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Student to Pursue ‘Survival Migration’ Studies with Marshall Scholarship

Shea Houlihan

Shea Houlihan (SFS'13)

November 20, 2012 – Shea Houlihan, who last summer helped install a water sanitation facility in Uganda, is one of Georgetown’s latest Marshall Scholarship winners.

He will use his scholarship to pursue graduate studies in survival migration.

“Survival migrants – a term first introduced by Alexander Betts … at Oxford – cross borders because they do not have access to a threshold of minimal livelihood in their country of origin,” Houlihan explains.

Stellar Academic Work

The scholarship will allow him to pursue graduate degrees in social research methods and migration studies at the University of Sussex.

“We are proud of Shea’s scholarship at our Institute for the Study of International Migration and are confident that he will go on to accomplish great things as a Marshall scholar,” said Georgetown President John J. DeGioia. “In addition to his stellar academic work, he spends 12-hour night shifts at a local women’s shelter.”

Up to 40 American students are selected as Marshall scholars every year to pursue two years of post-graduate studies in any field in the United Kingdom.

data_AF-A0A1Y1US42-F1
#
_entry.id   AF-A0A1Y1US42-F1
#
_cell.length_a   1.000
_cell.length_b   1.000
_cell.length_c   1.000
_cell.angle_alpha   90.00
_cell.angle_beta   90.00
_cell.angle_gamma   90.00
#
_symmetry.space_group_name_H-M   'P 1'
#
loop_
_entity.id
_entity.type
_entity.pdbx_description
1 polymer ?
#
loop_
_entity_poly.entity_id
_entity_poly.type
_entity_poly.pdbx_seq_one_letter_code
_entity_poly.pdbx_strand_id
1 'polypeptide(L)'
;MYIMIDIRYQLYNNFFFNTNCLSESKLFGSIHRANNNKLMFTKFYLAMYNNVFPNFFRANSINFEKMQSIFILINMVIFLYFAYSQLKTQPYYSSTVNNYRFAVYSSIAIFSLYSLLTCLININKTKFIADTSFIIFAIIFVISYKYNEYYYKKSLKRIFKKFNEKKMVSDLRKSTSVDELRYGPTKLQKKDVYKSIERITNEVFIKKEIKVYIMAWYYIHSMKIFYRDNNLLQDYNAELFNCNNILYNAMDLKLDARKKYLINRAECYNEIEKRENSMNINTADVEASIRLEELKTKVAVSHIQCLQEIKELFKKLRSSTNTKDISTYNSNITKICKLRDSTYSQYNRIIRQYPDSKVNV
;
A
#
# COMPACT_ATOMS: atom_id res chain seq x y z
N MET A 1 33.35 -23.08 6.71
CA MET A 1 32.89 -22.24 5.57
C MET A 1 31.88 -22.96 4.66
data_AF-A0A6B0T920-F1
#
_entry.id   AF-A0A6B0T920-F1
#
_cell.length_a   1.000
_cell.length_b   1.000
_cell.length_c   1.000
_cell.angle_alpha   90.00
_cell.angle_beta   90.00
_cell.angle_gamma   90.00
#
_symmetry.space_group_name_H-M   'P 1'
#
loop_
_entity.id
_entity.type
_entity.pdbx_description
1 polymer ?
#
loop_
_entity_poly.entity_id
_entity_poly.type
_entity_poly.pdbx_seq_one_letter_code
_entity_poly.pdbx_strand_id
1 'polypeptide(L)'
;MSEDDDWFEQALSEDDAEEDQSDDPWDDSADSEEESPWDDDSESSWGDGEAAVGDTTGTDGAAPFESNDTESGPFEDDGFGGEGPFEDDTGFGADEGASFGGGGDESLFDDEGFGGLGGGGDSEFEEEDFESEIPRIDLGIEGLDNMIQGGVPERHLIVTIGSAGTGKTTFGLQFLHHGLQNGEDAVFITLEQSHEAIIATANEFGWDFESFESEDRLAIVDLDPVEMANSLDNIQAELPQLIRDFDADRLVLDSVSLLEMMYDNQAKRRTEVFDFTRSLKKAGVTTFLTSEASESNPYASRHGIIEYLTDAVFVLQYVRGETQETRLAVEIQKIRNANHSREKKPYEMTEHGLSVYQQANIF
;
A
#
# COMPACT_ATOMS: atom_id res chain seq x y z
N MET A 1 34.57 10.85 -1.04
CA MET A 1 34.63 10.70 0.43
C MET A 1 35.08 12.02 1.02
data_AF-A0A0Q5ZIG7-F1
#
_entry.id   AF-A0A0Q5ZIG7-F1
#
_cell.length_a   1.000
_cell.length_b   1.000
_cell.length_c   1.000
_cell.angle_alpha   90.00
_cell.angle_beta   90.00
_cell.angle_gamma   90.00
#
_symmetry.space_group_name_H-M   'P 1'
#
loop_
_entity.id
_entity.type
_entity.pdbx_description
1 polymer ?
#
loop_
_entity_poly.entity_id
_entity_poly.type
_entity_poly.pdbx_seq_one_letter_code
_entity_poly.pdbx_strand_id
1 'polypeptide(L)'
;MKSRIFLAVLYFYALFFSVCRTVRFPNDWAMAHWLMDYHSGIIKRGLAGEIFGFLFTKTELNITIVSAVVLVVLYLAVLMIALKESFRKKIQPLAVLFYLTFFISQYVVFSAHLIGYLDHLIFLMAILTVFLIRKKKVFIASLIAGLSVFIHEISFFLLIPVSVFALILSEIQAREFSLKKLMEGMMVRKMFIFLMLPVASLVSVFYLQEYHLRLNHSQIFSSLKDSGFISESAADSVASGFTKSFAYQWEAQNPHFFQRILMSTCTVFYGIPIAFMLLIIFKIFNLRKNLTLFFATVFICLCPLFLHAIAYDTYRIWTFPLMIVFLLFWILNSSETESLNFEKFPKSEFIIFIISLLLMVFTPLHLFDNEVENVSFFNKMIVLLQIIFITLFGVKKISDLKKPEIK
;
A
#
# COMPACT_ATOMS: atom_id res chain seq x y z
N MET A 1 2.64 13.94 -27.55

Global Migration Work

Houlihan, an international politics major from El Paso, Texas, who won the scholarship along with Benjamin Buchanan (C’11, G’13), puts the number of Georgetown’s Marshall Scholars at 21.

Houlihan will graduate with a degree in international politics from Georgetown in 2013.

The senior already has served as a research officer for the Global Migration Governance Project, helping Betts with his forthcoming book on survival migration.

Future Hopes

He also has worked as a human rights intern with The Protection Project at Johns Hopkins University, where he implemented a national study of youth homelessness and trafficking of children.

“One of the most important lessons I’ve learned from forced migrants and refugees is their openness to the future,” Houlihan says. “While I do not know exactly what my career path will look like, I do know that I will continue to work with these populations.”

Eventually, he hopes to become the Assistant High Commission for Protection at the U.N.

White-Knuckled Ferocity

Houlihan has received numerous fellowships, including Georgetown’s Education and Social Justice award. He is also a winner of a Carroll Fellowship, the university’s flagship program for academically talented and ambitious undergraduates.

This past summer, Houlihan traveled with seven other undergraduates to Uganda to install a water sanitation facility in the village of Mbale.

 “…It is typical of Shea that he wanted, indeed felt he needed, to experience the hard lives of those whom he studies, and for whom he advocates,” says John Glavin, English professor and director of Georgetown’s Office of Fellowships, Awards and Research. “…He’s talked about the ‘white-knuckled ferocity of living somewhere where everything is at stake.’ That’s something he not only saw, it’s something he grew to admire and even love…”

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